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Title: Endothelial derived vesicles mediate podocyte dysfunction
Author: Hill, Nicola Rachel
ISNI:       0000 0004 7969 8762
Awarding Body: Imperial College London
Current Institution: Imperial College London
Date of Award: 2019
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The transfer of intracellular components, such as mRNA and miRNA via extracellular vesicles (EVs) is thought to facilitate cell-to-cell communication and may play a role in modulation and progression of kidney disease. EVs can bind to or be incorporated into a recipient cell, where they deliver their functional intracellular content which can result in molecular changes to the recipient cell. Several miRNAs have important roles in the pathogenesis of different types of chronic kidney disease (CKD) including various types of glomerulonephritis (GN). The kidneys glomerular filtration barrier (GFB) is composed of podocytes, glomerular basement membrane (GBM) and endothelium with its glycocalyx. Podocytes are crucial in maintaining the integrity of the GBM, and a decline in renal function occurs when podocytes become damaged or are lost. Podocytes and glomerular endothelial cells can communicate during renal disease; however, very little is known about how extracellular signals from the microenvironment regulate podocyte activity. This study proposes that GEnCs secrete EVs; these small vesicles, approximately 100nm in diameter were visualised by LM10 NanoSight technology microscopy and purified by ultracentrifugation. As detected by western blotting, EVs expressed protein markers, CD63 and TSG101 and whether unstimulated or stimulated with glucose, LPS or puromycin aminonucleoside (PAN), glomerular endothelial cells secreted equivalent numbers of EVs. Upon incubation with activated glomerular endothelial cell EVs, podocyte miRNA and mRNA expression changed significantly. Podocyte function was modulated, including dysregulation of the actin cytoskeleton, increased OXPHOS, mitochondrial activation, ROS production, alongside a decrease in VEGF secretion. miR-200C-3p was upregulated in podocytes upon incubation with EVs isolated from glucose and PAN treated glomerular endothelial cells. Overexpression of miR-200C-3p caused a downregulation of podocyte VEGF production. From the data, I conclude that activated glomerular endothelial cell EVs cause podocyte functional changes including downregulation of VEGF and may deliver a variety of miRNA's including miR-200C-3p.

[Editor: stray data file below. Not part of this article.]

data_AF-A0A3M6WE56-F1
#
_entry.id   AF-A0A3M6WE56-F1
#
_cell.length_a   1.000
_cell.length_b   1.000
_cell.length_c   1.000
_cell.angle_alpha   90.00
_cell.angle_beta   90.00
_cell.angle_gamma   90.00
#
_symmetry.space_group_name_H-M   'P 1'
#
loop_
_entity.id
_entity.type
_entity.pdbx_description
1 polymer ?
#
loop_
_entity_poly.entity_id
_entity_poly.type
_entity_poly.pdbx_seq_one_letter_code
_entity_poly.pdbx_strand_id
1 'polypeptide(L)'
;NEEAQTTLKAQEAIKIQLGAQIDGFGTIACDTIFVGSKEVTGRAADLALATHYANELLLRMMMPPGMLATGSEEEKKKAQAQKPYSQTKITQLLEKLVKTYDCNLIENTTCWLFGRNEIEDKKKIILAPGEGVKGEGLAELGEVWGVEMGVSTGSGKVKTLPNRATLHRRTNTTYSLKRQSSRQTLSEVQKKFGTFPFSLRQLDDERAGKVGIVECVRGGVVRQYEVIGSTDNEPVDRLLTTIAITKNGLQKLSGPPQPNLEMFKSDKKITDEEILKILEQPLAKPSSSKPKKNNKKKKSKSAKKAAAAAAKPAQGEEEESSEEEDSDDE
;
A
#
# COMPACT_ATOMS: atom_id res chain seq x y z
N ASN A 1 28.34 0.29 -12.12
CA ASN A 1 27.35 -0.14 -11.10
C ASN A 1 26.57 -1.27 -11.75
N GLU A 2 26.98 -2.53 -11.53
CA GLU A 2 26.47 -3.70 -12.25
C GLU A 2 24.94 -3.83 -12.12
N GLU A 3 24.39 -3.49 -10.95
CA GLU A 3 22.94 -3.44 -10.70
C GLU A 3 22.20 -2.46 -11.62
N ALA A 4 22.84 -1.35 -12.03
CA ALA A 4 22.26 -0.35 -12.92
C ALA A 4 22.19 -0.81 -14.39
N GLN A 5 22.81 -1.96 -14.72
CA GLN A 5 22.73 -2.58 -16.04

Supervisor: Woollard, Kevin ; Pusey, Charles Sponsor: Nadhmi Auchi Foundation
Qualification Name: Thesis (Ph.D.) Qualification Level: Doctoral